We took steps to ensure that the State’s interests were protected throughout the period. Given the failure of the examinership, we are working to secure the best outcome.

As I indicated earlier, the contractor will go on site in March 2019 and the scheduled completion date is June 2020. It is the intention that this will be adhered to. That will take the co-operation of everyone involved.

We will seek to accommodate the schools in any way we can, whether it is through temporary accommodation or other assistance which may be necessary. This is an important project. I assure the Deputy that I will take a close personal interest in it. I have arranged that my Department will keep me updated of the critical path which has been set out in order that, if there is any slippage, we can consider other steps to address it. I am confident in the team put in place. I hope we can deliver. I fully understand the Deputy’s concerns, which are shared by the Acting Chairman.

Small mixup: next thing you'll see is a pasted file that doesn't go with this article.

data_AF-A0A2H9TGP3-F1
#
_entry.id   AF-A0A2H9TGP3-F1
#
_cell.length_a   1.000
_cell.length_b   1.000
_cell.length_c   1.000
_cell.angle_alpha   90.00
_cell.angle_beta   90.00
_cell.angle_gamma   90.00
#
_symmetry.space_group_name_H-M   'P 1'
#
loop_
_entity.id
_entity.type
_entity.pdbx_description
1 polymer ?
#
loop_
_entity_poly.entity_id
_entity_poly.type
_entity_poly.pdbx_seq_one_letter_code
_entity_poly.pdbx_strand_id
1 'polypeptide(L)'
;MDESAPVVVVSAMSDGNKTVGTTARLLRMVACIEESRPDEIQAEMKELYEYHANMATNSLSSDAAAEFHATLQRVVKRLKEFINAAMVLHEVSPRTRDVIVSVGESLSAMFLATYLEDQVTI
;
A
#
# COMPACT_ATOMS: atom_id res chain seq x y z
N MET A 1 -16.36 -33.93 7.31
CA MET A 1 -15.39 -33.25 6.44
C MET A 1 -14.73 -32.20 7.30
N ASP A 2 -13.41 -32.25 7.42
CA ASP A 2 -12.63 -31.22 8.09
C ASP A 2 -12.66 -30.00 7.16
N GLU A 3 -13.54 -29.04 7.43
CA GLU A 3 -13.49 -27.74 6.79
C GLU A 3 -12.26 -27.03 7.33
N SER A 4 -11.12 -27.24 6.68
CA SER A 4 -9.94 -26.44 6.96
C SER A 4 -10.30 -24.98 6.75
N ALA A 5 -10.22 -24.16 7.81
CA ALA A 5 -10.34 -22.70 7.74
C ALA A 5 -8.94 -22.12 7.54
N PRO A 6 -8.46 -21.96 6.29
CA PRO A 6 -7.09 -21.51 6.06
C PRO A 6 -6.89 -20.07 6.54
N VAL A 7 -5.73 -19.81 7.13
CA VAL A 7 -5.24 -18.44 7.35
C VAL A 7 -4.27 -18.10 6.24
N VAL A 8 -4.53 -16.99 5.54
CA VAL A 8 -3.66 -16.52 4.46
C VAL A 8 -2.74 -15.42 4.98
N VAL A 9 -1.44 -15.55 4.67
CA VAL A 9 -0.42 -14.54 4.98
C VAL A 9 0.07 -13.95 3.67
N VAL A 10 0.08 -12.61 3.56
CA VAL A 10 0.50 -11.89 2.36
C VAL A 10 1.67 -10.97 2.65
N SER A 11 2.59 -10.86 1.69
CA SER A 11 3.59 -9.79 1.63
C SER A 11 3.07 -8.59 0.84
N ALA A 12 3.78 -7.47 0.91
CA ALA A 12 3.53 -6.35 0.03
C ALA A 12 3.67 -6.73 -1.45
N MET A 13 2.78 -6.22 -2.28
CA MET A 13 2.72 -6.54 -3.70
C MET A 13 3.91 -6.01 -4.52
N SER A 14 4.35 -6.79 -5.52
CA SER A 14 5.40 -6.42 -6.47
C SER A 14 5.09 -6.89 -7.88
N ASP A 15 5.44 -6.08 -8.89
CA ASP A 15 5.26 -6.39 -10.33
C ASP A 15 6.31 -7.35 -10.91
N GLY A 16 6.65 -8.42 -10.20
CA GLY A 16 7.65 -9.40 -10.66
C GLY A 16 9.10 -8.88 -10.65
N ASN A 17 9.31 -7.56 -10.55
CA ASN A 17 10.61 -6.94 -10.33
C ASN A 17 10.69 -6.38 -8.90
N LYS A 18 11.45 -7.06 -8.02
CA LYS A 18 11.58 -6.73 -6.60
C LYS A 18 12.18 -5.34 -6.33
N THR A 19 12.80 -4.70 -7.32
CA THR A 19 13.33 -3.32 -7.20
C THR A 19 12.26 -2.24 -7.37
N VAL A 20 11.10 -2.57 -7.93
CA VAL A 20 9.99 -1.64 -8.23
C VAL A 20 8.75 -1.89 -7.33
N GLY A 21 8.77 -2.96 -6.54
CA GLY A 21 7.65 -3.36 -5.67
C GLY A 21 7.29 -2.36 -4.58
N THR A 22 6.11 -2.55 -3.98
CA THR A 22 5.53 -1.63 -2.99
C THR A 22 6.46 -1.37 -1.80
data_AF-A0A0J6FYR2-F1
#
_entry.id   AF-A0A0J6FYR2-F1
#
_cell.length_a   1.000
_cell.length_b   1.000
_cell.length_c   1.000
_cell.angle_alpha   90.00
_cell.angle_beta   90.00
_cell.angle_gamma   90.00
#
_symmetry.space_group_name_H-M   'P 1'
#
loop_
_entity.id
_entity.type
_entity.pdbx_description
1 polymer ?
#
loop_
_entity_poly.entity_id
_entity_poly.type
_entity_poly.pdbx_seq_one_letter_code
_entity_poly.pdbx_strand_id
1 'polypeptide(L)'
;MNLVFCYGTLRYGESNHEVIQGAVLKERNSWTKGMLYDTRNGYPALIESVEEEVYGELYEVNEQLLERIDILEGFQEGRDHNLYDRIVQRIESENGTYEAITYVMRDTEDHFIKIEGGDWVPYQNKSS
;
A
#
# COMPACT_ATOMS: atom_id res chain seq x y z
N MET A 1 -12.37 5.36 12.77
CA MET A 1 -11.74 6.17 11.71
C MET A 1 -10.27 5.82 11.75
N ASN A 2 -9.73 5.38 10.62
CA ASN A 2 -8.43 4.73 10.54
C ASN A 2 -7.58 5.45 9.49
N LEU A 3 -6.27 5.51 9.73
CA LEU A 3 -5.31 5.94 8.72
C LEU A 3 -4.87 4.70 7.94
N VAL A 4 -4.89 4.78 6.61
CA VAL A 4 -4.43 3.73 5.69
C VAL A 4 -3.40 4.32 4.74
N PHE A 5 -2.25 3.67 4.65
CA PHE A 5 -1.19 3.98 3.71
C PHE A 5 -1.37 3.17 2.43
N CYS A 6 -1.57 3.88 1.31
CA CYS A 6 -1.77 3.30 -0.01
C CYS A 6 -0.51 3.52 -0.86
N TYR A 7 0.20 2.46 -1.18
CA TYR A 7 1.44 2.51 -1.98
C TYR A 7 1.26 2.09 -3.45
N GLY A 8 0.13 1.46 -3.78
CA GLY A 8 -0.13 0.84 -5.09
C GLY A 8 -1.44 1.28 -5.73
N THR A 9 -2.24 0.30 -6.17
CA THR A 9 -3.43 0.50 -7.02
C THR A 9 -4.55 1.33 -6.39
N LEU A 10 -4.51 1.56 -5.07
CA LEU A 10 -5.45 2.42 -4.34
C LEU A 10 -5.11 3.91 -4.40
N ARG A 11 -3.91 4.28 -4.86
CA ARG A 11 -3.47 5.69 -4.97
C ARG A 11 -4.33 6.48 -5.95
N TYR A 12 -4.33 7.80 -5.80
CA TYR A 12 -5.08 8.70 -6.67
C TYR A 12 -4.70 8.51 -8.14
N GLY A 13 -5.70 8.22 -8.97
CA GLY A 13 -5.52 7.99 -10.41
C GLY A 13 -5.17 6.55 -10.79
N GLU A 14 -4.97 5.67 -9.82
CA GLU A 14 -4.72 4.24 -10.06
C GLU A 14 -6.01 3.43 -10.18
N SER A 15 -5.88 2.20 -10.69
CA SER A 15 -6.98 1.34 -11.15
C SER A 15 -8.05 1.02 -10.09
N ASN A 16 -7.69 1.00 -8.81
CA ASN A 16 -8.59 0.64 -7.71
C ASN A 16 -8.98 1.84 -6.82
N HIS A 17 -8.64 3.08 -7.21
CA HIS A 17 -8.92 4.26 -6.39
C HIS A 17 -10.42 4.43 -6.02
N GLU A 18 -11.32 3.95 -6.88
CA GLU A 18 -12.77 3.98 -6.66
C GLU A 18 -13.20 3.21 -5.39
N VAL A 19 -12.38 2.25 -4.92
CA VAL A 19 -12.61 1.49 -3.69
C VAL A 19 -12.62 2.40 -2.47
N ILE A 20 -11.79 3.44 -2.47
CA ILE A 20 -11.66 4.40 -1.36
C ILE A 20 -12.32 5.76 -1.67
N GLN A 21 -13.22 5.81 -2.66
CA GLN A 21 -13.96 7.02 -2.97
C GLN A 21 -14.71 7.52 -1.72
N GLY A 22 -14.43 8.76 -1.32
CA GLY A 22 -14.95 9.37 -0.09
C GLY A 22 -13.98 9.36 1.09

Enterprise Support Services Expenditure

Meath is a great county. It is well located and has good land. Its people are well educated, industrious, creative and conscientious. While it is a given that every Member will regularly come into this Chamber and claim that his or her county needs further funding, this is not a typical Member's whinge.